How does your podcast generate revenue directly/indirectly?
I decided not to monetize the podcast with ads because I personally hate podcast ads. They’re a huge pain in the ass, and the rates advertisers pay for podcast ads are still pretty tiny unless you have a million downloads per month or more. I’d rather produce higher quality content without ads and then monetize it by building my email list and fan base.
What are the biggest challenges you’ve faced and obstacles you’ve overcome when it comes to running the podcast? If you had to start over, what would you do differently?
I think a lot of podcasters focus too much on short-term results instead of focusing on long-term success. I learned this lesson the hard way over a decade ago when advertising rates for Google AdSense dropped dramatically. If you’re reliant on advertisers and you don’t have your own business model, you could be out of business in the blink of an eye.
We monetize the show directly through calls-to-action at the end of each episode for our free training course, a free report, or a paid product we created.
If you want to be successful in podcasting, I think you have to focus on building your audience first. Don’t even think about ads and don’t spend much time optimizing your monetization strategies until you have a big fan base. If you have a big fan base, it’s easy to find a way to make money. If you have a small or nonexistent fan base, no monetization strategy in the world will make much of a difference.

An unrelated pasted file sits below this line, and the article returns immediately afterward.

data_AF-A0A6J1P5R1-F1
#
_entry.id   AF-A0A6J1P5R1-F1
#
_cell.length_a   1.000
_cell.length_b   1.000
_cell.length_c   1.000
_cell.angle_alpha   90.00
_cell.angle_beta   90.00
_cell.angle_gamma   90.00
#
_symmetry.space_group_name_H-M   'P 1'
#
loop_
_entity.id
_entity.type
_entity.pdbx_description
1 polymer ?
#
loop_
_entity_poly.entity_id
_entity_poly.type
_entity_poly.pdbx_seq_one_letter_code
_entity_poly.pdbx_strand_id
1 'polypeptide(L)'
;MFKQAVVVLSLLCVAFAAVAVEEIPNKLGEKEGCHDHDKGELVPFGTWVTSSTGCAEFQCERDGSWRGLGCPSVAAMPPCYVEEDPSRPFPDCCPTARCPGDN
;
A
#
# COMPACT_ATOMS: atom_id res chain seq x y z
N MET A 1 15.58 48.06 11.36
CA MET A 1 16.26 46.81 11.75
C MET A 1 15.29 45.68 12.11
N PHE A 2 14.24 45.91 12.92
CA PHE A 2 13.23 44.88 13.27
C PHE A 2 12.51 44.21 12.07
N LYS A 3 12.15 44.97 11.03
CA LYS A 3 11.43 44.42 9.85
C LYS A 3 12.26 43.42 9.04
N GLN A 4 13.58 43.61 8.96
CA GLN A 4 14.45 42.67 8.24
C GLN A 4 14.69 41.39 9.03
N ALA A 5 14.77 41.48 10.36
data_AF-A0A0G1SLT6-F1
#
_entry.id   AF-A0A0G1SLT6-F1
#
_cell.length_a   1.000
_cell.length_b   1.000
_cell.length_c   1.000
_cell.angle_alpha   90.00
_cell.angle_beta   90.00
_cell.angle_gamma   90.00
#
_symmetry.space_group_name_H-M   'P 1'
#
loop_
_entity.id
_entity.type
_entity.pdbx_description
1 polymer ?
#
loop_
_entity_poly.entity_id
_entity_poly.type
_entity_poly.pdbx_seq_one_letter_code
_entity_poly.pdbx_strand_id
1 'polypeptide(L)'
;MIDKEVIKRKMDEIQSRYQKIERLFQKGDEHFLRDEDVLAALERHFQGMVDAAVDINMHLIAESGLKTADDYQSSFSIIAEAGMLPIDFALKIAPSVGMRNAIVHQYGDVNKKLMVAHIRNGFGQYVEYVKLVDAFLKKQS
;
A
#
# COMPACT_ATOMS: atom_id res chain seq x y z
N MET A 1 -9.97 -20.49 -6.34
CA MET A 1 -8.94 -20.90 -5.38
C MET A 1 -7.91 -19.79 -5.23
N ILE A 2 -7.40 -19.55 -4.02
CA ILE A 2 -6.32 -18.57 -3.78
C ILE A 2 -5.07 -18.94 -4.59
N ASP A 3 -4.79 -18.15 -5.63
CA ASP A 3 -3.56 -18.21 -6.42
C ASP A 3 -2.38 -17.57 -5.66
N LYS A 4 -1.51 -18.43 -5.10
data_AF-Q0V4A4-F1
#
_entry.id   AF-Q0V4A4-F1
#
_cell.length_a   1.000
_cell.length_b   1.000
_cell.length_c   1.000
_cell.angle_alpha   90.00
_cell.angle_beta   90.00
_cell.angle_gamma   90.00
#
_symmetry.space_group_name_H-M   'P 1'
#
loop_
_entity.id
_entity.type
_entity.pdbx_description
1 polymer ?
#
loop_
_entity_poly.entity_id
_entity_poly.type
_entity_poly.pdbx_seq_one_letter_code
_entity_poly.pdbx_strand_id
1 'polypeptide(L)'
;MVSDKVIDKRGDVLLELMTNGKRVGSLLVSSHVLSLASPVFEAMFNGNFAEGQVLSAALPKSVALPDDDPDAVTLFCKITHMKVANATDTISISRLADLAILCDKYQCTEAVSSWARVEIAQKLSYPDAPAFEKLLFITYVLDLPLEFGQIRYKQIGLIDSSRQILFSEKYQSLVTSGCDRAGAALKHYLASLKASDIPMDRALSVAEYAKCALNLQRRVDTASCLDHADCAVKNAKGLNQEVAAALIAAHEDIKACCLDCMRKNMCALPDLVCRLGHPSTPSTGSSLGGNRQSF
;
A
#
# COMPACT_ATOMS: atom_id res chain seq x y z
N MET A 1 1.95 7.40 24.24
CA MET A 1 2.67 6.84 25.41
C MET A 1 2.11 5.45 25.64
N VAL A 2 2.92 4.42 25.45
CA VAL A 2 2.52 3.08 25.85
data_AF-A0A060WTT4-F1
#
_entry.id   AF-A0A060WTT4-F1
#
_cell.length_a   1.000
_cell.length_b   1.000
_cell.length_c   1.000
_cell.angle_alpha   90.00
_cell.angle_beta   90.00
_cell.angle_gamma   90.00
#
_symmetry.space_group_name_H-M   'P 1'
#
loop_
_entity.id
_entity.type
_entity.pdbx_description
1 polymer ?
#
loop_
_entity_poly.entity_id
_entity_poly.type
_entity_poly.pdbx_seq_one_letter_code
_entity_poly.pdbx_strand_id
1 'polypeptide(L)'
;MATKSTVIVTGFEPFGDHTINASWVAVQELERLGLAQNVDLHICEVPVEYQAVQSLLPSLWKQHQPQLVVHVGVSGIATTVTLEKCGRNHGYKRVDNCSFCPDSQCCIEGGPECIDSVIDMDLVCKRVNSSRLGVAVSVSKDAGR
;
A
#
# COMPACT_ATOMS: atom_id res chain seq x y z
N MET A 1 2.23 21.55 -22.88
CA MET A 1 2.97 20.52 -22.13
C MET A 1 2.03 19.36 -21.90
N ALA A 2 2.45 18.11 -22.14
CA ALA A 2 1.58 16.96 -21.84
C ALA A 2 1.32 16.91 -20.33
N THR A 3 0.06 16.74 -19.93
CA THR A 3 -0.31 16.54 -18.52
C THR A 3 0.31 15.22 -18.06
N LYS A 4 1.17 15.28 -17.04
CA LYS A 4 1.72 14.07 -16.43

Have you found anything particularly helpful or advantageous?
When I first started the show, it was hosted at publishingprofitspodcast.com. The problem was our main site TCKPublishing.com was getting significantly better rankings in search engines, so I decided to switch the show over to become a part of the TCK Publishing website. It took a lot of time to make the transition, and during that month our downloads dropped 40% because of bugs with the RSS feed transition and other tech complications.
What’s your advice for podcasters who are just starting out?
If I had to do it again, I definitely wouldn’t start multiple websites in the same market. Build one great site with your podcast, blog, and everything else you do. You’ll get much more traction in search that way, and it’s a lot easier to manage one site instead of multiple sites.
I interviewed Daniel J. Lewis from The Audacity To Podcast and that helped a lot. He provided some great insights on podcasting, and his site is the best resource I’ve found on podcasting tips and troubleshooting issues that are bound to come up.
There’s also a podcast facebook group that’s great for connecting with other podcasters, asking questions when you need help, and learning best practices from other successful podcasters.
If you’re just starting out with a podcast show, my advice would be to create at least twice as much content as you originally planned. The more shows you produce, the more downloads you’ll get, the more feedback you’ll get, and the faster you’ll learn.
When you launch your show, launch with as many episodes as possible so you can maximize your downloads and get your show featured in the iTunes New & Noteworthy section for extra exposure.
Where can we go to learn more?